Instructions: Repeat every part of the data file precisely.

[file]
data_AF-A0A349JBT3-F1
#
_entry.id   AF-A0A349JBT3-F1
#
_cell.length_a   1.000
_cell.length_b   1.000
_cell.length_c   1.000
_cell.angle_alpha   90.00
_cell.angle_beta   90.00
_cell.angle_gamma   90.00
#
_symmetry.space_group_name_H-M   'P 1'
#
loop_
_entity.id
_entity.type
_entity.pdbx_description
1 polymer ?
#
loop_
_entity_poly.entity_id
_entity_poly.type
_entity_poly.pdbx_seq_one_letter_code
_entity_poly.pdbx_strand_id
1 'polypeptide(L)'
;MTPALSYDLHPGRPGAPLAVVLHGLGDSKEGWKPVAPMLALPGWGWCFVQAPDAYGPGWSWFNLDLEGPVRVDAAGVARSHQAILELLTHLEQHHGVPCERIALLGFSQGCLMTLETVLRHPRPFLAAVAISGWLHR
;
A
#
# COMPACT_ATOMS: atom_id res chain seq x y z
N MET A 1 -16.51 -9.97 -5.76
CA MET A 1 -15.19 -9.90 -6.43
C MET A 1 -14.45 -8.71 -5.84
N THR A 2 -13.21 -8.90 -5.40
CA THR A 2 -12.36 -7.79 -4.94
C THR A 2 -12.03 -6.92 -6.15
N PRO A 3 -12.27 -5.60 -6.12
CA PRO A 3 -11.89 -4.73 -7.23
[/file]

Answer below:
data_AF-A0A349JBT3-F1
#
_entry.id   AF-A0A349JBT3-F1
#
_cell.length_a   1.000
_cell.length_b   1.000
_cell.length_c   1.000
_cell.angle_alpha   90.00
_cell.angle_beta   90.00
_cell.angle_gamma   90.00
#
_symmetry.space_group_name_H-M   'P 1'
#
loop_
_entity.id
_entity.type
_entity.pdbx_description
1 polymer ?
#
loop_
_entity_poly.entity_id
_entity_poly.type
_entity_poly.pdbx_seq_one_letter_code
_entity_poly.pdbx_strand_id
1 'polypeptide(L)'
;MTPALSYDLHPGRPGAPLAVVLHGLGDSKEGWKPVAPMLALPGWGWCFVQAPDAYGPGWSWFNLDLEGPVRVDAAGVARSHQAILELLTHLEQHHGVPCERIALLGFSQGCLMTLETVLRHPRPFLAAVAISGWLHR
;
A
#
# COMPACT_ATOMS: atom_id res chain seq x y z
N MET A 1 -16.51 -9.97 -5.76
CA MET A 1 -15.19 -9.90 -6.43
C MET A 1 -14.45 -8.71 -5.84
N THR A 2 -13.21 -8.90 -5.40
CA THR A 2 -12.36 -7.79 -4.94
C THR A 2 -12.03 -6.92 -6.15
N PRO A 3 -12.27 -5.60 -6.12
CA PRO A 3 -11.89 -4.73 -7.23